Probably about a quarter to a half of all rural Baptist churches haven’t changed their mind on this question. Imagine: a Salvation Army officer who’s never been baptised retires to a town with a Baptist Church they’d like to join. But unfortunately they learn they can’t officially belong to the membership of that church unless they submit to baptism by immersion. Baptised teenagers can but not that veteran mature Christian leader.

Now a doctrine or a practise that results in those outcomes has got to have something wrong with it eh?

Sure has: I was asked to give a paper at Whitley College on all this where I listed the six general practices of Baptist Churches around the world, and the ten things wrong with a legalistic approach to the subject: if you consult Professor Google with my name and the title ‘Open Membership in Australian Baptist Churches’ you’ll read those ten arguments  – for grace, rather than law. [ ] http://www.jmm.org.au/articles/9024.htm

—->>>> Let me add quickly that I’d give a tick to the church where I’m a member for its position on all this: Here’s the wording of this church’s constitution:

2. MEMBERSHIP 2.1. Membership in the Church is open to any person who declares faith in Jesus Christ as Lord and Saviour and who is willing to commit to the Church Covenant. 2.2. A person becomes a Member on being accepted by the consensus of a Church Conversation. 2.3. The normal practice of the Church will be to accept into membership only those who have been baptised upon profession of faith in the Lord Jesus Christ. However, in particular circumstances, membership may be open to those not baptised upon profession of faith but who are accepted for membership by a Church Conversation upon the recommendation of the appropriate Working Group. 2.4. A person ceases to be a Member when his or her name is removed from The Roll in accordance with this Constitution.

So let’s come back to us. What’s today’s lectionary reading saying to us? If Jesus came all that way – a hundred-plus kilometres – to be baptised in the Jordan, it must have been important for him. And if he’s commanded his followers to preach the necessity of baptism it ought to be important for them.

Where do we go with that?

If you’d like to talk more about baptism that’s why we have a pastor – Julia – and she’d love to talk with you about that. (And if you’re really desperate I’d also be happy to have a chat sometime with you on this – or anything else!).

Let us sing a famous song of commitment, attributed to the famous Indian Christian Sadhu Sundar Singh:

I have decided to follow Jesus;
I have decided to follow Jesus;
I have decided to follow Jesus;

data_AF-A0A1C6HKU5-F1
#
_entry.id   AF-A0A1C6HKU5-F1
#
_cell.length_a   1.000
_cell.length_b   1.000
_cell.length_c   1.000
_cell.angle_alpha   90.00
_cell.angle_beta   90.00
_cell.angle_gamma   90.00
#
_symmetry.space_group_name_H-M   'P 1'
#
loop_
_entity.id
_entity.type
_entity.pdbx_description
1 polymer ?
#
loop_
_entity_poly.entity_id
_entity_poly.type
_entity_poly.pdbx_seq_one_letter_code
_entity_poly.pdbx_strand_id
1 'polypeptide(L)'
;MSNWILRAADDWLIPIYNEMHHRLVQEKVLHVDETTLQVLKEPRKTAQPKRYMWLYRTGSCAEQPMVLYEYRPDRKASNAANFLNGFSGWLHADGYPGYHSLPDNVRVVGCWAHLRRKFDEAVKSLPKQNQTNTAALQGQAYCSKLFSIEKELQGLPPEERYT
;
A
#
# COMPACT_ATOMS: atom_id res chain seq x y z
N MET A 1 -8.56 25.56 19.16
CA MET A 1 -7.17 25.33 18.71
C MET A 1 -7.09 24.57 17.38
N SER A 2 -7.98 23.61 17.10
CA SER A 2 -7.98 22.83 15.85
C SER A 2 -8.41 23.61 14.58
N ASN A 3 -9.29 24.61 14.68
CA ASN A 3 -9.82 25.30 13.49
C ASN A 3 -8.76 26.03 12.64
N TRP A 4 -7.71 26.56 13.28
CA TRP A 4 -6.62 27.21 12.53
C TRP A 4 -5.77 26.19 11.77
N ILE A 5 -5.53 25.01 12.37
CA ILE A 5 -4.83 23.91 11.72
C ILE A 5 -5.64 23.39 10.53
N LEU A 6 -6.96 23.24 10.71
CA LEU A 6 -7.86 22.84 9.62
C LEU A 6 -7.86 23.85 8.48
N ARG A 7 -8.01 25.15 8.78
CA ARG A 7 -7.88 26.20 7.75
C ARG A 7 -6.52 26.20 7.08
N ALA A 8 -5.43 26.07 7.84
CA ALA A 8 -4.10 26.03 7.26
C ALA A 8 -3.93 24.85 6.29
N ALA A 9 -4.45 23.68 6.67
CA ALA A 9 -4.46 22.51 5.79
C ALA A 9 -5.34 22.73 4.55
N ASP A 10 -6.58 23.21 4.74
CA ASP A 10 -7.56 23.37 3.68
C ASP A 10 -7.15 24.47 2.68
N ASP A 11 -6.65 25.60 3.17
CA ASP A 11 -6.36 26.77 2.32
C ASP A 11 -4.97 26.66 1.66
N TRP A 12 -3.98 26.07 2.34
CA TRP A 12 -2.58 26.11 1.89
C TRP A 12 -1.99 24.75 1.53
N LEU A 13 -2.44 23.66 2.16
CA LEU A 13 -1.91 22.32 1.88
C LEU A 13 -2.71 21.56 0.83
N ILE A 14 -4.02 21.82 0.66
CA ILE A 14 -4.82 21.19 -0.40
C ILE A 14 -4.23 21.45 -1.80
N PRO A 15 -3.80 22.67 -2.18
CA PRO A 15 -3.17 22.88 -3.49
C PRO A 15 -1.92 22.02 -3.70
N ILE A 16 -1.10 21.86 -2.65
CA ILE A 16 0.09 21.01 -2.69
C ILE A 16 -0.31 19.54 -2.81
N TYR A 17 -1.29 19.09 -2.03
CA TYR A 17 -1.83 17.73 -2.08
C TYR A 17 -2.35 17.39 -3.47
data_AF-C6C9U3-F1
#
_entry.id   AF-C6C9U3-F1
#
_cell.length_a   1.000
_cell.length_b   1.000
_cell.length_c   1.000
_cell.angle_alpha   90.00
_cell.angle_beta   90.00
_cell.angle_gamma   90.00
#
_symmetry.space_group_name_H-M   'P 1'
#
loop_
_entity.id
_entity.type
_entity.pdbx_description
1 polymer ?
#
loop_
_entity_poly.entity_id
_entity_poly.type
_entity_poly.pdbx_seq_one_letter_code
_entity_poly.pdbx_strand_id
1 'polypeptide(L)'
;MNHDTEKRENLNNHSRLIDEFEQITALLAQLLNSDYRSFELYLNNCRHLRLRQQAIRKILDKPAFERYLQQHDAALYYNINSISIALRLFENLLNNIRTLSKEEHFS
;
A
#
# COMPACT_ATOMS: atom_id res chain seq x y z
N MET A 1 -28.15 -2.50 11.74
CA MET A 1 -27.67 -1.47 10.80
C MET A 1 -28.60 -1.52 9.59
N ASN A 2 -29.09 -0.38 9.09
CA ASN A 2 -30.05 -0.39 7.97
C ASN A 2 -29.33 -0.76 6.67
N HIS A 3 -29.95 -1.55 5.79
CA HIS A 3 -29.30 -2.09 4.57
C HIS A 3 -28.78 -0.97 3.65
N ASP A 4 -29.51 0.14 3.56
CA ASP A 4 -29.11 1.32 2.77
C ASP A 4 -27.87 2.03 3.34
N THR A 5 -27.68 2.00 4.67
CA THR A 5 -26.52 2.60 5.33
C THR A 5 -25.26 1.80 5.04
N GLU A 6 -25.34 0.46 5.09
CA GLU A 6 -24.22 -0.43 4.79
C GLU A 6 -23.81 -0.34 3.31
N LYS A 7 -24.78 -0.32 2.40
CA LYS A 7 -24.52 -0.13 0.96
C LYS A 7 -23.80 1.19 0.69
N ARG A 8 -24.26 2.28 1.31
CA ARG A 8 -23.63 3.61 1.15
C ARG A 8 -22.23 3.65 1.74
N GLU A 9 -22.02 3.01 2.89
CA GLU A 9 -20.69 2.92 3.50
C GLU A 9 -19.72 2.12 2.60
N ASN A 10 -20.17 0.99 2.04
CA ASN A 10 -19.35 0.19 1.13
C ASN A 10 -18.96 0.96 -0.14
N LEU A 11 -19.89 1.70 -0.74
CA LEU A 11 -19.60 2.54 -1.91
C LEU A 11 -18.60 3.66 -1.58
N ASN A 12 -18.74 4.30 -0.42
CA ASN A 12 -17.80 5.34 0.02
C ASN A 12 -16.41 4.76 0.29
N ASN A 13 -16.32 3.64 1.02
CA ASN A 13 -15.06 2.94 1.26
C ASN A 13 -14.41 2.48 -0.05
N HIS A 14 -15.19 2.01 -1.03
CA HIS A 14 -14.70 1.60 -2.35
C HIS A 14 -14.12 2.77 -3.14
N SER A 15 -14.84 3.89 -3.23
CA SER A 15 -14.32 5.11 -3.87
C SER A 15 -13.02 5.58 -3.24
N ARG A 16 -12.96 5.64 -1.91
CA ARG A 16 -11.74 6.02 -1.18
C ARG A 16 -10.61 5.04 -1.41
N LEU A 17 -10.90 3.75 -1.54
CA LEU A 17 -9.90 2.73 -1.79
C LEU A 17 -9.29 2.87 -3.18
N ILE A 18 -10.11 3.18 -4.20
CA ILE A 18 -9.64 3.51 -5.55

No turning back, no turning back.

 

The world behind me, the cross before me;
The world behind me, the cross before me;
The world behind me, the cross before me;
No turning back, no turning back.

 

Though none go with me, still I will follow;
Though none go with me, still I will follow;
Though none go with me, still I will follow;
No turning back, no turning back.

 

My cross I’ll carry, till I see Jesus;
My cross I’ll carry, till I see Jesus;
My cross I’ll carry, till I see Jesus;
No turning back, no turning back.

 

Will you decide now to follow Jesus?
Will you decide now to follow Jesus?
Will you decide now to follow Jesus?
No turning back, no turning back.

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[ ] [Written by Simon Marak, from Jorhat, Assam. However, according to Dr P. Job, the lyrics are based on the last words of Nokseng, a Garo man, a tribe from Meghalaya which then was in Assam, who along with his family decided to follow Jesus Christ in the middle of the 19th century through the efforts of an American Baptist missionary. Called to renounce his faith by the village chief, the convert declared, “I have decided to follow Jesus.” His two children were killed and in response to threats to his wife, he continued, “Though no one join me, still I will follow.” His wife was killed, and he was executed while singing, “The world behind me, The cross before me.” This display of faith is reported to have led to the conversion of the chief and others in the village. The fierce opposition is possible, as various tribes in that area were formerly renowned for head-hunting. The formation of these words into a hymn is attributed to the Indian missionary Sadhu Sundar Singh.  The melody is also Indian, and entitled “Assam” after the region where the text originated. https://en.wikipedia.org/wiki/I_Have_Decided_to_Follow_Jesus